Monthly Archives: October 2010

Shrimp Mousse 2 Ways

Got uncooked shrimp or a bag of frozen stuff that’s taking up valuable freezer space?  An easy, tasty and versatile solution is shrimp mousse.  It can be used as a stuffing for fish, cooked in a ring and chilled for a potluck, or used as filling for mushroom caps or puff pastry.  You can substitute sole or salmon if you don’t like shrimp.

quickly made w/ only a few ingredients

Confession time….  I blew the mold when plating, and used spoons to form a bowl shape.  In the words of Anthony Bourdain, “What happens in the kitchen….”

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Filed under Main Courses, Seafood

Community Supported Agriculture (CSA)

a scotch bonnet from Calvert Farms

Farmers markets are making a come back.  A great way to spend a weekend morning is to stroll through the stands, admire the fresh offerings, and get inspired to try something new.

There are a couple of markets in my area, but my favorite CSA provider is Calvert Farms in Maryland ( http://www.calvertfarm.com/fallcsa_app.htm – Calvert hosts a market at Getty Park in Silver Spring, MD, every Saturday from 9 to 12 a.m.).  The quality is undeniable but what’s really inspiring are some of the quirky selections that can take you in a whole new direction.  Two recent gems are fractal cauliflower and watermelon radish.

fractal cauliflower. they can grow in several colors. & the taste? dios mio!

watermelon radish, a whole new experience

I’ve had a lot of fun with both.

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Cornbread – Spicy or Mild

I hadn’t made cornbread in years (the kids weren’t wild about it, so another item fell from the menu) but stepped up to the plate for an office party.  Perfect for the fall, it can be served at the table or brought along on an outing.  Preparation time’s less than an hour and, for parties or picnics, it can be made a few days in advance.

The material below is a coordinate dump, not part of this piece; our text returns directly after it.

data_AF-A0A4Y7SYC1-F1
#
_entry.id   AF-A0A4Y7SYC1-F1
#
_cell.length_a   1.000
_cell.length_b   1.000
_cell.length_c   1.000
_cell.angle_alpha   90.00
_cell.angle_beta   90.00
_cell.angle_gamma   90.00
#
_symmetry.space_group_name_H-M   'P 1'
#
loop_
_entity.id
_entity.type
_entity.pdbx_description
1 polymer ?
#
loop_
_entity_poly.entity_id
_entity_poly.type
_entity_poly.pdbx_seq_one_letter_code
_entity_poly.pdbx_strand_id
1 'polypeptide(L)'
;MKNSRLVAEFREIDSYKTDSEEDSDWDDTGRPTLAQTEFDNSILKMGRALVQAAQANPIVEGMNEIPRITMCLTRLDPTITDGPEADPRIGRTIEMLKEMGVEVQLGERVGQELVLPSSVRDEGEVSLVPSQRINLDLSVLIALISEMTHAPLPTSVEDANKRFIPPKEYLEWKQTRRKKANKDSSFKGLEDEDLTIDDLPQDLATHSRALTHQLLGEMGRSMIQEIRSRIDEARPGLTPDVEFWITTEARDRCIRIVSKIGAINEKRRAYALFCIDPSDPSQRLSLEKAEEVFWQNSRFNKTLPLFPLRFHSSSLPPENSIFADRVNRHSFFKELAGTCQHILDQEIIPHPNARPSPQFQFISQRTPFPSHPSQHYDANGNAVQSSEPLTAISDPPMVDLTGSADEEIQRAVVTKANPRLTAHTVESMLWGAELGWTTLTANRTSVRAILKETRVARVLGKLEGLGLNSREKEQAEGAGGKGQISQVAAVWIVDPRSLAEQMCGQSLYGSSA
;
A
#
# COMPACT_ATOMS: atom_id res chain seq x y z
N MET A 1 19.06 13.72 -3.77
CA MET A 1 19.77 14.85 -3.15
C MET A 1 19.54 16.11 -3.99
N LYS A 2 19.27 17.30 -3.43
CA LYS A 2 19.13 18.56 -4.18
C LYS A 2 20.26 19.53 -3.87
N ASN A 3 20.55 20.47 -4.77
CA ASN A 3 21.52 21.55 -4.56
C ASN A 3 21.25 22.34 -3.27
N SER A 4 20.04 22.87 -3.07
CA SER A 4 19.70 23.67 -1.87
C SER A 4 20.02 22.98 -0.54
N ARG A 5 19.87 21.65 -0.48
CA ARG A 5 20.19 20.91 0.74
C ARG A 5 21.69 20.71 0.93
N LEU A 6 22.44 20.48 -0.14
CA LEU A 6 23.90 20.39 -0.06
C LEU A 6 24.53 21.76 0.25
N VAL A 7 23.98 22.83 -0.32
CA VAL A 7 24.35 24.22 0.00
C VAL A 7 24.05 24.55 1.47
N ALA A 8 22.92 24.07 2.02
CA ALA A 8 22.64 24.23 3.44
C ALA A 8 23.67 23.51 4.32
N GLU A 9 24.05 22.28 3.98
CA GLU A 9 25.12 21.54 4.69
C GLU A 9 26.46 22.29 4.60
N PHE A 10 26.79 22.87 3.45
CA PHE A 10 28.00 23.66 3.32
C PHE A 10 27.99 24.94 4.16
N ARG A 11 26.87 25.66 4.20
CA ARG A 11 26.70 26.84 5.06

small but deadly

Below is a basic recipe with a spicy alternative.  Traditionalists would use a cast iron skillet.  Since this is for a potluck I’ll use a muffin tin.

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Filed under Baking, Sides, Vegetarian

Flounder Stuffed w/Spinach & Mushroom

A festive presentation.  The toughest part of this recipe is prepping the fish (see Boning & Prepping Flounder).  Diners will think you slaved all day.  It’s true that gutting and boning sea creatures is not for the faint of heart or tender scented, but the rest is a snap.  With a little practice total time from prep to service is about an hour.

olive oil, spinach & mushroom -- big flavor, low calories

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Filed under Main Courses, Seafood

Boning & Prepping Flounder

This technique is great for presenting a whole fish at the table.  I like to leave the head on.  For the squeamish, you can take off the head and tail, use this technique to remove the backbone and ribs, and then close the head opening with skewers and twine.

When buying the fish, ask for it to be scaled only.  Not gutted or fileted.   You’ll probably have to say it twice.

You'll surprise yourself

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Filed under Seafood, Technique & Dirty Secrets

Mayonnaise

Recall the raves about fresh mayonnaise?  In the age of Cuisinart fresh mayo spiced to taste is nothing special.  So give it a try and get ready for a big surprise.  Easy to make, mayonnaise is ready in five minutes and can keep for several days in the fridge.  Play with different seasonings to create your flavor.

so much better

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Sautéed Salmon

Salmon or trout filets are fast and easy as a sauté.  If you want to get fancy you can dredge in flour and crisp.  If you’re looking for a path of least resistance between the stove and table here’s an idea that can be executed in 15 minutes.

 

Fish prepared this way cools quickly, so you want to put a serving plate in the oven to warm while setting up.  Also remember pat the fish dry with paper towel before adding it to the pan so that you cut down on froth forming in the pan.

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Filed under Main Courses, Seafood